Cars on Interstate 280 in San Francisco. (Photo by Justin Sullivan/Getty Images)
A book of government cost-cutting ideas offered by the conservative Heritage Foundation on Thursday includes a big one for transportation: limit spending from the Highway Trust Fund only to the amount of revenue the fund collects from federal highway taxes.
Eight-five percent of those revenues come from gasoline and diesel fuel taxes, but there is some revenue from excise taxes on trucks, trailers, and truck tires.
Heritage says its idea would save $179 billion over 10 years.
The Heritage Budget Book said that “Congress diverts at least 25 percent of HTF dollars to non-road, non-bridge projects, including bicycle and nature paths, sidewalks, subways and buses, landscaping, and related low-priority and purely local activities.”
Instead, it said, Congress should limit trust fund spending to the roughly $39 billion collected from the gasoline, diesel, and other highway taxes “and refocus the federal highway program to encompass only Interstate Highway System maintenance and expansion, and a few other federal priorities, letting the states or private sector take over the other activities if they value them.”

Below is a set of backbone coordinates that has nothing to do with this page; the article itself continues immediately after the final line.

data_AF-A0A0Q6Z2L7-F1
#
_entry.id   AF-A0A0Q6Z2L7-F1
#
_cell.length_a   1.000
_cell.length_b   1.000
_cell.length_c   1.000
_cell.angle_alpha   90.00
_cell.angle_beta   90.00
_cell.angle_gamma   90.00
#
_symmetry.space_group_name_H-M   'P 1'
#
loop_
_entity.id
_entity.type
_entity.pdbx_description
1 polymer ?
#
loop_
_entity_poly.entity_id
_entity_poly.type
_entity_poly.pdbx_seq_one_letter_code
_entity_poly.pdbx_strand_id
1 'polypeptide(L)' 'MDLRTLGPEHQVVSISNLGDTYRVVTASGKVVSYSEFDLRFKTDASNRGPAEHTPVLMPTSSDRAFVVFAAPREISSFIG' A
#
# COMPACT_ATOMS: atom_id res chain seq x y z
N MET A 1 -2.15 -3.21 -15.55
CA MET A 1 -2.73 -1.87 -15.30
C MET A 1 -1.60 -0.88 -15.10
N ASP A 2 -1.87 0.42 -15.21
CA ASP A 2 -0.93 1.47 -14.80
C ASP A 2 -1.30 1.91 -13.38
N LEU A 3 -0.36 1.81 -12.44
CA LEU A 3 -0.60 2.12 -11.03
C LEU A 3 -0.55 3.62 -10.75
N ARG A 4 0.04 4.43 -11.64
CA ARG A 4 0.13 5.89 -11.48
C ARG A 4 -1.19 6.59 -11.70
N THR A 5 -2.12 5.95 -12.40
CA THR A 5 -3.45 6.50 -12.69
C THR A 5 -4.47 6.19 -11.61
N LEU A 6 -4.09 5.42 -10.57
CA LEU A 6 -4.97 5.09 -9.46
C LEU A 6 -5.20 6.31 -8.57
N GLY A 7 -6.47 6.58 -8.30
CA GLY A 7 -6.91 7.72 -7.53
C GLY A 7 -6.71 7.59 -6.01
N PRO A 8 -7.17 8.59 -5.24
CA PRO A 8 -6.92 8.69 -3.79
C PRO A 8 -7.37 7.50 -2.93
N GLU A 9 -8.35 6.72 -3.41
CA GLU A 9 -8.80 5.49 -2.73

This, the foundation said, “would free up valuable HTF money for road and bridge projects that will benefit those motorists paying for the program in the first place.”
The Congressional Budget Office noted in its annual forecast last week, federal spending on highways and mass transit has been running at about $53 billion a year.
CBO estimates that the revenues from federal taxes on gasoline and diesel which go into the Highway Trust Fund will stay at $38 billion to $39 billion a year from now until 2025.